Pope Benedict has begged forgiveness from God and victims of child sexual abuse by priests.
He has also promised that the Catholic Church would do everything in its power to ensure that it never happens again.
Pope Benedict said the year that was to have celebrated the priesthood had been marred because 'the sins of priests came to light, particularly the abuse of the little ones.'
The comments from Benedict are some of his clearest ever about the scandal that has swept the Church around the world.
He was speaking to some 15,000 priests at a homily in St Peter's Square to conclude the Roman Catholic Church's 'Year of the Priest' celebrations.
He said: 'We too insistently beg forgiveness from God and from the persons involved, while promising to do everything possible to ensure that such abuse will never occur again.'
The 83-year-old pope also promised that the Church would enact stronger controls on choosing men who enter the priesthood.
'In admitting men to priestly ministry and in their formation we will do everything we can to weigh the authenticity of their vocation and make every effort to accompany priests along their journey, so that the Lord will protect them and watch over them in troubled situations and amid life's dangers,' he said.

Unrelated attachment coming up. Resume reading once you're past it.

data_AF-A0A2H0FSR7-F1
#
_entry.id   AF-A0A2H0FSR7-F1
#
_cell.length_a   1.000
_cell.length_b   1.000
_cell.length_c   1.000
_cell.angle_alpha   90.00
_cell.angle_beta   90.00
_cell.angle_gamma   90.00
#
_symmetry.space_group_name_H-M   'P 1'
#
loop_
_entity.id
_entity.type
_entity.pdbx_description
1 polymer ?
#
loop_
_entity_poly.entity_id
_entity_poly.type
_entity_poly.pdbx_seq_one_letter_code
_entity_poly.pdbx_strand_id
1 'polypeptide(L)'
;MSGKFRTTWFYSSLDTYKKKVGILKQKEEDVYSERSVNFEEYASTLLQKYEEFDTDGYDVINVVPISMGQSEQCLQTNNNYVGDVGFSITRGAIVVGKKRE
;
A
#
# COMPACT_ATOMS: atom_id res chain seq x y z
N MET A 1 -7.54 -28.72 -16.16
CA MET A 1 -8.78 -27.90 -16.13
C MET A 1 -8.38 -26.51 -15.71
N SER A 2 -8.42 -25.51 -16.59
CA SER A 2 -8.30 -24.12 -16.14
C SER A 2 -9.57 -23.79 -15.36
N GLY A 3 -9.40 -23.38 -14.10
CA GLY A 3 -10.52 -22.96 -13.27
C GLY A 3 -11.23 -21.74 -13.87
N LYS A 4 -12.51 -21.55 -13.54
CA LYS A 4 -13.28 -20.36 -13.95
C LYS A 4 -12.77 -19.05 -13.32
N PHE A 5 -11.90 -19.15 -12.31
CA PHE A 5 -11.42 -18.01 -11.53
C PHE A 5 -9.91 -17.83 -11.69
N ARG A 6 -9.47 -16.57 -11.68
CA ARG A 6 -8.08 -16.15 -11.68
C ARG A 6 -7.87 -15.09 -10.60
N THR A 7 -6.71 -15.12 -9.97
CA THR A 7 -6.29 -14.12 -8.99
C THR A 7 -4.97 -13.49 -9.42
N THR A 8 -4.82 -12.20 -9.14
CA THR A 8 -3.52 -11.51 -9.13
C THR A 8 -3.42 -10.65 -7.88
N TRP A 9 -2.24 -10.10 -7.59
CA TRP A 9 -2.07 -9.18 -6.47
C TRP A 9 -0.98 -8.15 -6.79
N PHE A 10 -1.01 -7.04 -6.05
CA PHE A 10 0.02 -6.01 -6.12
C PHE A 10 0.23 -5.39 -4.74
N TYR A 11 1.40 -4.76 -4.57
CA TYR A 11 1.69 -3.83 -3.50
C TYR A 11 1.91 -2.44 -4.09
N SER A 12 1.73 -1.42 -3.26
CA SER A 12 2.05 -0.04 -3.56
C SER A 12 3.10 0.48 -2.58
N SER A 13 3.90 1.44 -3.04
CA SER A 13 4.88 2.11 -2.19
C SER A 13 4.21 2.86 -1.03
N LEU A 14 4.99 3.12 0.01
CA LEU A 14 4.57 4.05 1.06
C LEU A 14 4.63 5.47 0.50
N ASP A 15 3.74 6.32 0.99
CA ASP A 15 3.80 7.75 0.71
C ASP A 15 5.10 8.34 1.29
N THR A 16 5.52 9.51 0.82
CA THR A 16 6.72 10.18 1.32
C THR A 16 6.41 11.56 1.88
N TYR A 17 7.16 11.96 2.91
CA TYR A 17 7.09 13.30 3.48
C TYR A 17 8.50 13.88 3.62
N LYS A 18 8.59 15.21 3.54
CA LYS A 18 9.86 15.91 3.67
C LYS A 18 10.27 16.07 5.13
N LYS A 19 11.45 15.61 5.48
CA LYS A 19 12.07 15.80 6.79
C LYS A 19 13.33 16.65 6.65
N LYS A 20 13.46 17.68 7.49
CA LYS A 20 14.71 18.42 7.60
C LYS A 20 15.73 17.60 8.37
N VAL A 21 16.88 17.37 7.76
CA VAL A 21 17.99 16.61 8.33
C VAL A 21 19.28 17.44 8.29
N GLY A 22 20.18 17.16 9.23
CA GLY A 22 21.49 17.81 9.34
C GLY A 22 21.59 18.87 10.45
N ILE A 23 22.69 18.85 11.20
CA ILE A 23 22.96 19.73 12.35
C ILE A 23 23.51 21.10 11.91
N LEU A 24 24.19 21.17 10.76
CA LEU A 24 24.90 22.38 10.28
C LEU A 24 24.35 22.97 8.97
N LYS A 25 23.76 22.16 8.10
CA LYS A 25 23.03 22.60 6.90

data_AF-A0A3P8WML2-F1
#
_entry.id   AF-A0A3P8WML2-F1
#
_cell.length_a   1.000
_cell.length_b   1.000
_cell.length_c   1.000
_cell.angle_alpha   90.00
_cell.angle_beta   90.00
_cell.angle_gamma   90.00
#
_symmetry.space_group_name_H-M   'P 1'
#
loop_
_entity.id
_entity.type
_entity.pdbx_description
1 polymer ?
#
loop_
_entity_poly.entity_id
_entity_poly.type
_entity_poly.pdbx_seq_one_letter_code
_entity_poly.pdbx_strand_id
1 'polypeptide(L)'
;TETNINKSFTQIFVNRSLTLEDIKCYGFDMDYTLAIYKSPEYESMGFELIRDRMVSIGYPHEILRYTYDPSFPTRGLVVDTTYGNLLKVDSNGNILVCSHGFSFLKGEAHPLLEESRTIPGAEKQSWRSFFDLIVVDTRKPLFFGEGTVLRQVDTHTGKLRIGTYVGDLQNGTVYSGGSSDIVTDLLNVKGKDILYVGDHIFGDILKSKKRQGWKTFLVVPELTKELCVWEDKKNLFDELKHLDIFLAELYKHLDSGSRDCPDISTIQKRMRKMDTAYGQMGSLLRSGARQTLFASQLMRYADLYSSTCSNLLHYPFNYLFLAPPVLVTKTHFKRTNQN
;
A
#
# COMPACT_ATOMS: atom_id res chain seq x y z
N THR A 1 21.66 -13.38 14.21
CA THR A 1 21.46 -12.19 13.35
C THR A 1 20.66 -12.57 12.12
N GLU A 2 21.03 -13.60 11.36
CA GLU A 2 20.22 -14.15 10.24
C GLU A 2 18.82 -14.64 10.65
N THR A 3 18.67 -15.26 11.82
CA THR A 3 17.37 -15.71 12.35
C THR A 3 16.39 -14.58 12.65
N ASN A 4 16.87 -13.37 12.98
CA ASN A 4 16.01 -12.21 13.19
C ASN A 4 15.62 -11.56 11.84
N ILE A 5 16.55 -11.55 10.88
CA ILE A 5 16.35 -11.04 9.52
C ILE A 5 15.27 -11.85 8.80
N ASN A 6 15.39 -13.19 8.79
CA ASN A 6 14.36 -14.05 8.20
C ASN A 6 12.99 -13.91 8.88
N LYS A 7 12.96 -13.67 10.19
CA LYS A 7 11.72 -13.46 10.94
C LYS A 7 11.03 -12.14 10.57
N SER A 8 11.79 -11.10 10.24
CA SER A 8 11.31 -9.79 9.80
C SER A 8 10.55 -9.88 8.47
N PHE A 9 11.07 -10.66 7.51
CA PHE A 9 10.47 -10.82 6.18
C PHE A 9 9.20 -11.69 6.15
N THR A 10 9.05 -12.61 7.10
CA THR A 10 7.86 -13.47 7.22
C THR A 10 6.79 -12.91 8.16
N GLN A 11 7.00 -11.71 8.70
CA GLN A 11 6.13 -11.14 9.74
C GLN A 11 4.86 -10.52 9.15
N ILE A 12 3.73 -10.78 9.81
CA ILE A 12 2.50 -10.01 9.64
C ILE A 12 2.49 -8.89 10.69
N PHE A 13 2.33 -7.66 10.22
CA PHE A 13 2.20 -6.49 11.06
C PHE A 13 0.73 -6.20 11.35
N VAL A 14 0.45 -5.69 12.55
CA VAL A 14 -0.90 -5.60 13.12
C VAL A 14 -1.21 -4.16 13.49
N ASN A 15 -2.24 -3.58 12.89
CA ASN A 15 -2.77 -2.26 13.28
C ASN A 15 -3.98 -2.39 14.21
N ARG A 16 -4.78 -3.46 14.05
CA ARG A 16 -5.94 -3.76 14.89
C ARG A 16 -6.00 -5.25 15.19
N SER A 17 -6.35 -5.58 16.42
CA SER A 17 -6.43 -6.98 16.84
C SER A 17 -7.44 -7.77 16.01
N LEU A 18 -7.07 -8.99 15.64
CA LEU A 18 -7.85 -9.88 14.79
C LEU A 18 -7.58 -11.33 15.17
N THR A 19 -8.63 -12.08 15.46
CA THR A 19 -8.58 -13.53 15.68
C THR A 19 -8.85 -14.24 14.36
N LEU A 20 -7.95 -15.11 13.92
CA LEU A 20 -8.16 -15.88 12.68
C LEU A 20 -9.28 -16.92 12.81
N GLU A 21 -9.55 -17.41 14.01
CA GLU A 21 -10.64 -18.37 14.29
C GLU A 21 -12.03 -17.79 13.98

He said the worldwide community of Catholic priests, numbering more than 400,000, should see the sexual abuse scandal and its repercussions as 'a summons to purification' for themselves and for the entire Church.
The Church has seen fresh revelations of past sexual abuse by priests in a number of places, particularly in Europe and the US.
The pope himself has come under scrutiny over a case in which a paedophile priest who was to have undergone therapy was instead allowed to resume duties when the pope was archbishop of Munich in his native Germany more than 30 years ago.
The Church said a subordinate was responsible for the decision.
Five bishops in Europe have already resigned.
One has admitted sexual abuse, another is under investigation and three have stepped down over their handling of abuse cases.
The abuse scandal has hit Catholic communities in Ireland, Belgium, Germany and the US particularly hard.
A poll two months ago in Germany showed that a majority of people had lost confidence in the Church and about a quarter of the country's Catholics are considering quitting.